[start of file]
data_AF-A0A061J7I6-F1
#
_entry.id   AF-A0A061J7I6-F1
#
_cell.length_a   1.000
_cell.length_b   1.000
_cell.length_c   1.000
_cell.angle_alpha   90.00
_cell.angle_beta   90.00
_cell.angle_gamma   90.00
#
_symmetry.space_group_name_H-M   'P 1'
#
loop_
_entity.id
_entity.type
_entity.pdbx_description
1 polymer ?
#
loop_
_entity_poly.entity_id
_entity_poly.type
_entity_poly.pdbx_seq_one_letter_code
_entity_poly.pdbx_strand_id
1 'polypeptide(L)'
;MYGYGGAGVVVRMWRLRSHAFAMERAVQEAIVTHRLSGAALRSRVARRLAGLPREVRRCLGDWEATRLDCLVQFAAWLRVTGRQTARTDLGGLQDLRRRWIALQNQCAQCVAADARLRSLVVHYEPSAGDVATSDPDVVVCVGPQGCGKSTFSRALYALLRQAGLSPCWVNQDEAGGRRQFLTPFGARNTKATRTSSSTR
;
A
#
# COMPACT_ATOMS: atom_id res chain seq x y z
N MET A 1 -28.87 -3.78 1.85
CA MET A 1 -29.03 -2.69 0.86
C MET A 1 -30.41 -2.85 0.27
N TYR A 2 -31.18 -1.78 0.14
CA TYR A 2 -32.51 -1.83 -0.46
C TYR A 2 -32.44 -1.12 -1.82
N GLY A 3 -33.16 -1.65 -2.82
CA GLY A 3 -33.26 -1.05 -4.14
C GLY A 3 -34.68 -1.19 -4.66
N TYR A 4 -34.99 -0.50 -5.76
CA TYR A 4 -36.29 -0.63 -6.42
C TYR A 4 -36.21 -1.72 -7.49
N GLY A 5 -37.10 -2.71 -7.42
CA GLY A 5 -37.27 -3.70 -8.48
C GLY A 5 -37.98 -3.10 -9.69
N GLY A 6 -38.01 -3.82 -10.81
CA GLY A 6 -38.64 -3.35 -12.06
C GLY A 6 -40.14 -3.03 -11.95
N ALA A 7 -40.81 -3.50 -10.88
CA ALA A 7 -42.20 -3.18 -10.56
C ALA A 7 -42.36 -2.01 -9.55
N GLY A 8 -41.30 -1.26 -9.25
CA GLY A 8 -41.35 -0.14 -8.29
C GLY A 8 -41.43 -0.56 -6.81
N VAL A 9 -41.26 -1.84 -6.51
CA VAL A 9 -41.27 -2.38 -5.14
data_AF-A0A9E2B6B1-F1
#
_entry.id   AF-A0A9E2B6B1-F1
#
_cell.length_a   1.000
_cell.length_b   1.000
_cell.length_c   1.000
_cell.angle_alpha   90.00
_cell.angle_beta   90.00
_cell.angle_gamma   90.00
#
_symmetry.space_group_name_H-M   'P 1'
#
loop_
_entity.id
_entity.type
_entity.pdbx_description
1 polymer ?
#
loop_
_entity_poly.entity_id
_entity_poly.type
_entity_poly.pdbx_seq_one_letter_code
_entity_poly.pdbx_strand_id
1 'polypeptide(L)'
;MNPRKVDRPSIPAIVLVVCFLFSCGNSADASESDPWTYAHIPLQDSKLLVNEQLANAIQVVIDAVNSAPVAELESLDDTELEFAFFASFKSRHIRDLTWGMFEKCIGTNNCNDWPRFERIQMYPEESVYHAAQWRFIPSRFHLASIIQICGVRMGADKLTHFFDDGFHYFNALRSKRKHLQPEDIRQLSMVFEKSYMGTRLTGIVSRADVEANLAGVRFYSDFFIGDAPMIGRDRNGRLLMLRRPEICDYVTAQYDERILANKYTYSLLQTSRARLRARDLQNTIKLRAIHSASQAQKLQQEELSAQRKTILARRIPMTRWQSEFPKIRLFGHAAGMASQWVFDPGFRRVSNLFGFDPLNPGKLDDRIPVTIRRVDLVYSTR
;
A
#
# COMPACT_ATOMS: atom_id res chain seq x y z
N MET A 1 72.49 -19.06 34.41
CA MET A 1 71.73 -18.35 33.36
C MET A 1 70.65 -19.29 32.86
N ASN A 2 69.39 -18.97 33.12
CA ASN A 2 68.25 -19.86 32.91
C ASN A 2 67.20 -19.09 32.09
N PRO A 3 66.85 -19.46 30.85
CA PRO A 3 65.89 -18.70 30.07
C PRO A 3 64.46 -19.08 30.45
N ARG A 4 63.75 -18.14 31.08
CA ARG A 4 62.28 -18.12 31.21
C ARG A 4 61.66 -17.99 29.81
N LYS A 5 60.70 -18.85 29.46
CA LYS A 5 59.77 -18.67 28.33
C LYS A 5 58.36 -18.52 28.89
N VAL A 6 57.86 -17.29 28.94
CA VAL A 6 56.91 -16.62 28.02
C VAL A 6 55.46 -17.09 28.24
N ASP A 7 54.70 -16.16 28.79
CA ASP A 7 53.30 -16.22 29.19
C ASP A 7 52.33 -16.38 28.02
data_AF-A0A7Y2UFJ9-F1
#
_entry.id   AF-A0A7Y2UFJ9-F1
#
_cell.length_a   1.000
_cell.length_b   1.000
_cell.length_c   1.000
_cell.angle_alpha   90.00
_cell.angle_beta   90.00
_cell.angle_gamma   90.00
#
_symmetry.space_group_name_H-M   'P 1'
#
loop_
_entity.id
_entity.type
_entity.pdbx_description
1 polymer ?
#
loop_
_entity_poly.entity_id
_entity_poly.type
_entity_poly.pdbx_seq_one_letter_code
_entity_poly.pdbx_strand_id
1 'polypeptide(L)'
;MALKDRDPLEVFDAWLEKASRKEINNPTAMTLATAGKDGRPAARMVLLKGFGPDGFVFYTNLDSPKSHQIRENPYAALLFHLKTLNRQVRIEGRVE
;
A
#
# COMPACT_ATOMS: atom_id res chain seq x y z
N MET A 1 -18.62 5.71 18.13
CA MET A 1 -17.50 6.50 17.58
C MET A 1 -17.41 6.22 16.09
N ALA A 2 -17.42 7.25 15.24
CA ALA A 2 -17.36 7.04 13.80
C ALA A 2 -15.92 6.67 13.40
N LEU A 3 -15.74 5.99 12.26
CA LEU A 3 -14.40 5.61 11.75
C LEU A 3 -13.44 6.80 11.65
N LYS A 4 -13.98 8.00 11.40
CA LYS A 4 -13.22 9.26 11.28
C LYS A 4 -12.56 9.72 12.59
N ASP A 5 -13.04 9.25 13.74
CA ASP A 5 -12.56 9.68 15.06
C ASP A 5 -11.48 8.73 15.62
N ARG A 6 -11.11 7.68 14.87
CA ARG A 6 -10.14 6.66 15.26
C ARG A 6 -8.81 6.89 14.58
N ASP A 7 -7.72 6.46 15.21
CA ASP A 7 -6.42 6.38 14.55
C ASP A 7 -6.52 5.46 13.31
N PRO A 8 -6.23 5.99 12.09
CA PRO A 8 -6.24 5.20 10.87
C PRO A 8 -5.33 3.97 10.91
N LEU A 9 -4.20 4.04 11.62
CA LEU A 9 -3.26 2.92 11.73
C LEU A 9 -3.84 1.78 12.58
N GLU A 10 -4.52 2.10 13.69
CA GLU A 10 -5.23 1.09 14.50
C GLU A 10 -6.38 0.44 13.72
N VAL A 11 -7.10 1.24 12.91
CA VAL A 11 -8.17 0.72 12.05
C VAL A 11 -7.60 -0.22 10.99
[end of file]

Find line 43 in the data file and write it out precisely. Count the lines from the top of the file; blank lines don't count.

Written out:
N GLY A 5 -37.10 -2.71 -7.42